Business climate index reaches new high, as oil price collapses

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By Staff Reporter

WINDHOEK – The IJG Business Climate Monitor for December 2014 hit its third consecutive all-time high, as it expanded from 165.9 points to 166.6 points. The expansion in the index in the third quarter of 2014 was largely driven by a collapsing oil price and this trend continued in December.

During that month, the oil price fell by over 18 percent from U$71 to U$58 per barrel. This reflects a year-on-year decline of 46 percent, from U$108 per barrel in December 2013. According to the Institute for Public Policy Research (IPPR), which produces the Business Climate Monitor, the falling oil price caused the oil sub-index component of the overall index to spike from 88.3 in November to 103.1 in December.

“This spike largely underpins the overall move in the index, which would have been otherwise lower due to the remainder of indicators being flat or negative for the month. Notable in this regard were company registrations, down from 1 781 to 1,333 on account of seasonal factors; vehicle sales, down from 1 992 to 1 831 also due to seasonal factors and base effects; and the USD-ZAR exchange rate, down from 11.06 to 11.57 on account of temporary capital outflows from South Africa,” states the report.

“Despite these factors, the effect of the oil price slump eclipsed the contractions seen in other components of the overall index. Many of these contractions were seasonal and are expected to revert to mean or expand again through Q1 of 2015. Falling oil prices should have a sizeable positive effect on the local business climate, as lower oil prices translate into increased disposable income and by extension discretionary spending by consumers,” reads the report.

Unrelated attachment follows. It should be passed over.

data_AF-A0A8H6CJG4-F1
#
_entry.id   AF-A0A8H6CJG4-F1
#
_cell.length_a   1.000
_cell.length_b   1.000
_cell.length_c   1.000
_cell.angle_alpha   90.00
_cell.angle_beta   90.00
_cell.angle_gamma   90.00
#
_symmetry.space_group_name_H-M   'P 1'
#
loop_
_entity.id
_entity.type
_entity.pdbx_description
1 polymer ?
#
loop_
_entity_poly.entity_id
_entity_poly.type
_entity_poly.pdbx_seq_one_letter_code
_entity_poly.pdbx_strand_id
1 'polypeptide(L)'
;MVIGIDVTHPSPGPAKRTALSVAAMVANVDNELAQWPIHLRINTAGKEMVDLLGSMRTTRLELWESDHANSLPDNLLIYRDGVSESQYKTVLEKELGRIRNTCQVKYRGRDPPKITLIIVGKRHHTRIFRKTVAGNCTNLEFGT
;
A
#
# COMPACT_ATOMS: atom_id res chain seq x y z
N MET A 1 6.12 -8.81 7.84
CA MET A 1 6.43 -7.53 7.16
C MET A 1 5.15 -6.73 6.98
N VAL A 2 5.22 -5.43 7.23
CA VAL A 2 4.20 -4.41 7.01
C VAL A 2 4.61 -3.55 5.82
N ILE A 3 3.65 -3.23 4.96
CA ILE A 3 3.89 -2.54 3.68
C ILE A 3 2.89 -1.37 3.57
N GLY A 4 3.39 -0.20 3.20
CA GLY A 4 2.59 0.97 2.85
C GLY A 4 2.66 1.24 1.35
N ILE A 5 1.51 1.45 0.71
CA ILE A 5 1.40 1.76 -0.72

The IPPR added that at the same time, falling oil prices will lower the cost of production for companies or industries that are heavy oil users.
“Following unprecedented expansion in the IJG Business Climate Index to all-time highs in October, the consecutive two months have driven the index to further consecutive highs. Much of the overall move is down to oil prices, which declined by close to 50 percent in the second half of 2014. On a monthly basis, the investment sub-index and leading indicator contracted while the consumption and export sub-indices and the coincident indicator continued to expand despite a strong base created over recent months.

“On a quarterly basis, the export index contracted slightly as a weak exchange rate was unable to completely offset the negative impact of falling commodity and meat prices. However, on account of falling oil prices, the country’s terms of trade will have improved dramatically, providing some much needed respite for the embattled balance of payments and reserve position of the country,” says the report.

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